A dish may be served on tableware, or may be eaten in one's hands.
Instructions for preparing a dish are called recipes.
Many dishes have specific names, such as sauerbraten, while others have descriptive names, such as "broiled ribsteak". Many are named for particular places, sometimes because of a specific association with that place, such as Boston baked beans or bistecca alla fiorentina, and sometimes not: poached eggs Florentine essentially means "poached eggs with spinach". Some are named for particular individuals:
- To honor them: for example, Brillat-Savarin cheese, named for the 18th-century French gourmet and famed political figure Jean Anthelme Brillat-Savarin;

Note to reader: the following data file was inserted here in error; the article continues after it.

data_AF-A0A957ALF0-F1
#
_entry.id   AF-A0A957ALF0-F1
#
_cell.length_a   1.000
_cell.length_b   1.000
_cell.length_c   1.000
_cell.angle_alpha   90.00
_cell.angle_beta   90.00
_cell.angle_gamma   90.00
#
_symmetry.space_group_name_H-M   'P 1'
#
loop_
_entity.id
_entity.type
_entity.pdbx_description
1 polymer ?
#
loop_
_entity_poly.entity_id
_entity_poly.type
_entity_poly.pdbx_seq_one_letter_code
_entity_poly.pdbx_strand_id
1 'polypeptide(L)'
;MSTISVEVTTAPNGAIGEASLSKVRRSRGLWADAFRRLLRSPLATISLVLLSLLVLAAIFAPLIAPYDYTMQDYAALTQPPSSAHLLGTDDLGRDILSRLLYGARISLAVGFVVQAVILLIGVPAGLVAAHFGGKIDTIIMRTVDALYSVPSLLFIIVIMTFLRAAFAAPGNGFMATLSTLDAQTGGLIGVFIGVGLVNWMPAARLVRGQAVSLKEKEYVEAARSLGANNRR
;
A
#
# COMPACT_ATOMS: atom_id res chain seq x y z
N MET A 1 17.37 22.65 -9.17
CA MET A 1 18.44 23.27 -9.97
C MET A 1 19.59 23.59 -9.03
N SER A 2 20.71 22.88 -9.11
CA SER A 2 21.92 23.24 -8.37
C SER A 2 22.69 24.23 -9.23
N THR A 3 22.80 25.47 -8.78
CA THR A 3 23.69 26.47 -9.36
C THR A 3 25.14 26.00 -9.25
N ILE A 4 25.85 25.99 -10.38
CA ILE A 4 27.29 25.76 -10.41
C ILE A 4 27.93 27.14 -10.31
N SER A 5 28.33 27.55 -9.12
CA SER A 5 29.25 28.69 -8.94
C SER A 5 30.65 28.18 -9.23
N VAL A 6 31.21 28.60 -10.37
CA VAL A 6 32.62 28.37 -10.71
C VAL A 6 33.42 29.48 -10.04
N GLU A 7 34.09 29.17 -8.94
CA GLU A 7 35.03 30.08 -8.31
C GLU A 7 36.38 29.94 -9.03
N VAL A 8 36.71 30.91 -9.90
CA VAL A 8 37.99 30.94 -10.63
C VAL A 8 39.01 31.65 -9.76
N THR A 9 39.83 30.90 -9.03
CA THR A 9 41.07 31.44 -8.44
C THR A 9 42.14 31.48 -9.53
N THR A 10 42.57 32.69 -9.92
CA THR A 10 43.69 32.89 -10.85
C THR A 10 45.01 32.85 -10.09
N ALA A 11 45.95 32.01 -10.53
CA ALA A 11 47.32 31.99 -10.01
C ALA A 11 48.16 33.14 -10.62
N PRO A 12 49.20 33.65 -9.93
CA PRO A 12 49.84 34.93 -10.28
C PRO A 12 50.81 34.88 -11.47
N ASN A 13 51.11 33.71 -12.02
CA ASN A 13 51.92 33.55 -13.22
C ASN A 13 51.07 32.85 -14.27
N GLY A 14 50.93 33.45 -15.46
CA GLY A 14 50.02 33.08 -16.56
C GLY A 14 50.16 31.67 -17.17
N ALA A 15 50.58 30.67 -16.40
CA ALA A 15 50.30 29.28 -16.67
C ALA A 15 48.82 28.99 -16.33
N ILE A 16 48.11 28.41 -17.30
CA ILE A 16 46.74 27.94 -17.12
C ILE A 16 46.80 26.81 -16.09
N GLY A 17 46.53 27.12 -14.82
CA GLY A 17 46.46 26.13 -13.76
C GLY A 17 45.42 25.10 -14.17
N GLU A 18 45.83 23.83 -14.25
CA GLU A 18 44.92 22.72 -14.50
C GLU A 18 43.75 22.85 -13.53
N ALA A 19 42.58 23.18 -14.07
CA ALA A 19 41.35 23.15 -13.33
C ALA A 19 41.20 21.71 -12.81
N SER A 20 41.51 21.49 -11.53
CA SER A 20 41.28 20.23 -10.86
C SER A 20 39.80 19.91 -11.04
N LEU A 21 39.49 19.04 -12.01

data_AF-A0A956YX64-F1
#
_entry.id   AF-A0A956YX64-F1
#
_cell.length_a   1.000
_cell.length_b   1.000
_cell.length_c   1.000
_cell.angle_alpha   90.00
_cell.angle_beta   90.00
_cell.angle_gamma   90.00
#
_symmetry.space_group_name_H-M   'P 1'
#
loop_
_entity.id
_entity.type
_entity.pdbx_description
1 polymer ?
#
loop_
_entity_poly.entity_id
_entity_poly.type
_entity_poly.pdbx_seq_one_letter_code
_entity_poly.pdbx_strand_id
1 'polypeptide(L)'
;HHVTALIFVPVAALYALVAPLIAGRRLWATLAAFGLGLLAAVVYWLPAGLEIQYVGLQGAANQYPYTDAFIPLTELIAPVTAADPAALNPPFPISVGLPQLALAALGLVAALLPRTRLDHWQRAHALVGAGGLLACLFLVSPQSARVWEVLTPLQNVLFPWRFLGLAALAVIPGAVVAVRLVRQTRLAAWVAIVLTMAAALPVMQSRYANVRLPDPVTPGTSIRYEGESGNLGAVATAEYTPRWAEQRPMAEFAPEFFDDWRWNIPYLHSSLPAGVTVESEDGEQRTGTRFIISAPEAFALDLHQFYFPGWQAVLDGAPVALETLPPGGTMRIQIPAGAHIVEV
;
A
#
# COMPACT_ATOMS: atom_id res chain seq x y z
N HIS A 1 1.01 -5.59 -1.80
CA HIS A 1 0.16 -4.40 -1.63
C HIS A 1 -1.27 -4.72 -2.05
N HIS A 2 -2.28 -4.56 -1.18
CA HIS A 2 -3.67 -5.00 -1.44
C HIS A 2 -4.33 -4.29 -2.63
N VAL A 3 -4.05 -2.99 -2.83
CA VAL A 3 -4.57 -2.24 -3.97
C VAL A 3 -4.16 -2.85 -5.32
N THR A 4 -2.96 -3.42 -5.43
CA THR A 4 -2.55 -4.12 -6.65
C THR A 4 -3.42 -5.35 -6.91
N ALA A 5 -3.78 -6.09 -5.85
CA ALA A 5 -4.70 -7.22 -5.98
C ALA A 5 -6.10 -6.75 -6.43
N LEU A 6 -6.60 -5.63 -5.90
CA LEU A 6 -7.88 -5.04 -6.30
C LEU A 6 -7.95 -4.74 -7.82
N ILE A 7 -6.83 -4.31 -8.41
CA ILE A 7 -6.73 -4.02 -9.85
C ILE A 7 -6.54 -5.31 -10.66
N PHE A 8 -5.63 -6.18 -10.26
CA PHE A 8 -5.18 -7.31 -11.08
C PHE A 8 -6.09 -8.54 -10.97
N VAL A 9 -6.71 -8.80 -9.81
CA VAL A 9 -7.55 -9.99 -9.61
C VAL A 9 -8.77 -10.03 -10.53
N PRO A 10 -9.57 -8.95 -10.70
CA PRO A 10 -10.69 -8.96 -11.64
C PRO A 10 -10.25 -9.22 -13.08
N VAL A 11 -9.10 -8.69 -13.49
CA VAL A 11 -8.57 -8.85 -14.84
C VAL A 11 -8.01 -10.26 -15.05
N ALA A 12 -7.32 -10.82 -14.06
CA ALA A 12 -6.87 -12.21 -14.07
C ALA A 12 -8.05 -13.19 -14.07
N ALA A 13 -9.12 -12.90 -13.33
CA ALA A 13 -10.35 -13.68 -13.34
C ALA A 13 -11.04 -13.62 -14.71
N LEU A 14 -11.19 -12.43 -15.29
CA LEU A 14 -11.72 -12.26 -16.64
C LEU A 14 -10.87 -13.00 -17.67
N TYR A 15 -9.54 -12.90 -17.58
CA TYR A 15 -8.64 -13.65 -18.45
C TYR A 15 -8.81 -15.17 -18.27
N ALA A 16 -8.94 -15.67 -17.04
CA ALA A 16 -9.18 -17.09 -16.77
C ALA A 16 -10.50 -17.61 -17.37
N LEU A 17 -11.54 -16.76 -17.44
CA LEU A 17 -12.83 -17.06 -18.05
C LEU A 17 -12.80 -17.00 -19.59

- After the first person for whom the dish was prepared: for example, Chaliapin steak, made by the order of the Russian opera singer Feodor Chaliapin in 1934 in Japan;
- After the inventor, either being given the name by that person or because the dish was created in the inventor's kitchen.
Some dishes have many stories about their creation, which can sometimes make it difficult to know the true origin of the name of a dish.
- 'Oeufs pochés Florentine'/Poached eggs with cheese sauce and spinach, p.138 in Practical Cookery, by Victor Ceserani and Ronald Kinton, 10th ed. Hodder Education, 2004.
- Froc, Jean (2006). Les Traditions fromagères en France. Versailles: Quae. pp. 82–83. ISBN 2759200175.
- "帝国ホテル生まれのシャリアピンステーキ" [Chaliapin steak we served for Feodor Chaliapin at the Imperial Hotel] (in Japanese). the Imperial Hotel. Retrieved 2016-11-01.
- "帝国ホテル伝統のシャリアピン・ステーキ" [recipe for Chaliapin steak made at the Imperial Hotel] (in Japanese). U.S. Meat Export Federation. Archived from the original on 2016-11-15. Retrieved 2016-11-01.